"Indiana Marriages, 1811-2007," database with images, FamilySearch (https://familysearch.org/ark:/61903/1:1:V5PS-RRL), Henry H Banta and Hazel E Byers, ; citing , county clerk offices, Indiana; FHL microfilm 1,665,896.

I found a marriage record for Henry Horace Banta to Hazel E Byers and I want to attach the record to the FamilySearch Family Tree.  I want to provide as much information that I can remember why I attached this record, including as many of my 5 Dos for writing a statement as possible.

Joseph Geissler: An American Father

Naturalization of Joseph Geissler


When we left off, Joseph and Caroline had married and purchased property in Prairie Township in 1856. Their land neighbored James Kinnaird and Caroline's father Heinirch Mack. Additional neighbors included the Puseckers, Strunkenbergs, and Tinappels, all from the Mack's village in Hanover.

After over year and a half of marriage, Joseph and Caroline welcomed their first of four children to their family.  Charles “Carl” Gei├čler was born  17 November 1857, mostly likely in their home in Prairie Township.  Joseph was 21 years of age while Caroline was 19.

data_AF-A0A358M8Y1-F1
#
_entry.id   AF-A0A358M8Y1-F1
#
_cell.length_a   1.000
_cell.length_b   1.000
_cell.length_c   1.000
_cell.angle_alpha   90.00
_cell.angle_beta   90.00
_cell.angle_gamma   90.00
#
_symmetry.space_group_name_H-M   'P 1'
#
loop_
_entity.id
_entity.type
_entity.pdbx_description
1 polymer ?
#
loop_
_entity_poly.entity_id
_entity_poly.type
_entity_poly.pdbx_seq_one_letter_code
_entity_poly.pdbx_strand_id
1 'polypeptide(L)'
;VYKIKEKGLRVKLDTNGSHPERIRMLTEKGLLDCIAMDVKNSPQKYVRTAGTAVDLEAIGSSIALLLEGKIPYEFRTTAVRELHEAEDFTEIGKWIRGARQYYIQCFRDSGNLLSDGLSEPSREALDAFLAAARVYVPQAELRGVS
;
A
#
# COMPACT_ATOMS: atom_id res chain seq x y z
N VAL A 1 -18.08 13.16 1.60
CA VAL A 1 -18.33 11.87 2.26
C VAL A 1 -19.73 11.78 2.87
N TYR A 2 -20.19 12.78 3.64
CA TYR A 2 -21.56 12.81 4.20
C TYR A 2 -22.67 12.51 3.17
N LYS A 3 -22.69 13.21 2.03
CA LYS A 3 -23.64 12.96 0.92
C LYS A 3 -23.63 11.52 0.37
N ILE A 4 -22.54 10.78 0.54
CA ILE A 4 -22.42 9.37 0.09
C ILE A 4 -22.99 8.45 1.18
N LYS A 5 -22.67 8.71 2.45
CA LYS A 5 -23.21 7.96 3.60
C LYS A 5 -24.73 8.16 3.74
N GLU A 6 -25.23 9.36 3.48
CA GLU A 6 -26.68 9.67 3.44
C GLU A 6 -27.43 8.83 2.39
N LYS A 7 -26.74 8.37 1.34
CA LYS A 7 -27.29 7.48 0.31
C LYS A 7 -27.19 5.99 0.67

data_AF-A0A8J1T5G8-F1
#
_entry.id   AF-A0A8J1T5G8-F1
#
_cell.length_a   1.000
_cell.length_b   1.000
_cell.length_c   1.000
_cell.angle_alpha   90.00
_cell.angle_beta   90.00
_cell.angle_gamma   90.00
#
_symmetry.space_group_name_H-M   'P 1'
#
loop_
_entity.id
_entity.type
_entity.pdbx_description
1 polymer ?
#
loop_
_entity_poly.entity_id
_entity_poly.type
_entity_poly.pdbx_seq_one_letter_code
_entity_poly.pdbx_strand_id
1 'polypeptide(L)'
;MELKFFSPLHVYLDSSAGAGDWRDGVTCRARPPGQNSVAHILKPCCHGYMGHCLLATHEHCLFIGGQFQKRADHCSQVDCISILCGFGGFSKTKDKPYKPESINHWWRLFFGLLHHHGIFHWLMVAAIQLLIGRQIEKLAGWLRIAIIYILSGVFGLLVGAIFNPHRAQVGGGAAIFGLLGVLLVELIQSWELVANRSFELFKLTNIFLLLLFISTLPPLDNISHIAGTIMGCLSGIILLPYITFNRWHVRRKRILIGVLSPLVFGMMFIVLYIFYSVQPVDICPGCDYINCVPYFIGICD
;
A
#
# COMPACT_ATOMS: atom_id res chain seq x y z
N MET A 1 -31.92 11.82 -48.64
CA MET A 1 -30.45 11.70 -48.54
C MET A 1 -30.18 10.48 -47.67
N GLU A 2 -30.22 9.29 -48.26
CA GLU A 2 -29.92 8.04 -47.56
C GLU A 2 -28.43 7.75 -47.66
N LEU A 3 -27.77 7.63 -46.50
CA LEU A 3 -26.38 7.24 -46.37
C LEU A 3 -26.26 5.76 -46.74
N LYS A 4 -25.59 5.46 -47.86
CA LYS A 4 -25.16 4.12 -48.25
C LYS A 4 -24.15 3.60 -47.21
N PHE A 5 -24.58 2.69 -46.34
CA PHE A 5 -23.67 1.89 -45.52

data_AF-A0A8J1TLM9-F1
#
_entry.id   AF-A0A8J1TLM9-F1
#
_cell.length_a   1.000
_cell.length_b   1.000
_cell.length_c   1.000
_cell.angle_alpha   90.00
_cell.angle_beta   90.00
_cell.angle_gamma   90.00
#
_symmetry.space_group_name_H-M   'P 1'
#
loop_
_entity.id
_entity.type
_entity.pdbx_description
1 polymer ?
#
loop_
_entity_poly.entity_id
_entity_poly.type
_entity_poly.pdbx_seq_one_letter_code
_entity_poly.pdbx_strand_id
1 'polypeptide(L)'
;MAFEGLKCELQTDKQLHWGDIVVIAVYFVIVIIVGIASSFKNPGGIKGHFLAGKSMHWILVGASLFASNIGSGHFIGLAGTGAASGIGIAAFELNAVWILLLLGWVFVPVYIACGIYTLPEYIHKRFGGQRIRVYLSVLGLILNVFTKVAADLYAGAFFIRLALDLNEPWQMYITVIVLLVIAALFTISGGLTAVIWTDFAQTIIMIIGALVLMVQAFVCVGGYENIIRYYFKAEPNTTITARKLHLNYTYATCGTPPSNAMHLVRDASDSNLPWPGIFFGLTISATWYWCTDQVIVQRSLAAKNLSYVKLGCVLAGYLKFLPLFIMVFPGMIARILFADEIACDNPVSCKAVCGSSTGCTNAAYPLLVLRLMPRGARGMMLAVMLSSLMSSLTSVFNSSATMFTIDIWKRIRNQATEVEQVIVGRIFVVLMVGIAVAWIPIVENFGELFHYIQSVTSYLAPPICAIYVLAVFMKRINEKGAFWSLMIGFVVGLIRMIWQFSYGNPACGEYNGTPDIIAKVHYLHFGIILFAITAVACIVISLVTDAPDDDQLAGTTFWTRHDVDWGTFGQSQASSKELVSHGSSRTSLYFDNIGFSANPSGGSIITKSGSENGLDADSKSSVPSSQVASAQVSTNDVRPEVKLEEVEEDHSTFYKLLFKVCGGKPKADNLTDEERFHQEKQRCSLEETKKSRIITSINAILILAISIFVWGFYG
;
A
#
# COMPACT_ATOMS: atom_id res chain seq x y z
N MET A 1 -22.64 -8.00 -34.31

What was the origin of this child's name?  In jumping ahead, we discover that the couple's second son would appear to honor Caroline's father and Joseph, himself. Their first daughter's name origin is uncertain but has the same middle name of Caroline's step-mother. Was she thus named in honor of the mother that immigrated with Caroline? Finally, the fourth child bares the of Caroline. With this tradition of honoring their after family members, who was Karl named after?

Wanting Wednesday: Can You Help Find the David Kinnaird Diary?

In the post Joseph Geissler: Planting Roots in Prairie, I mentioned that my 3rd great-grandfather, along with two other families purchased property from James Kinnaird of Prairie Township, Franklin County, Ohio in 1856.

In researching James Kinnaird, I learned that he was born 10 August 1825 in Ohio, United States. I find that he marries Melissa Deans on 13 June 1849 in Franklin County, Ohio. In 1853, James Kinnaird marries Jenny Gray on the 27th of October in nearby Fairfield County.ii At the time of the home purchase, James and Jenny would be the likely inhabitants of the Prairie property, which is confirmed by the 1860 US Census record.iii James would remain in Prairie the remainder of his life.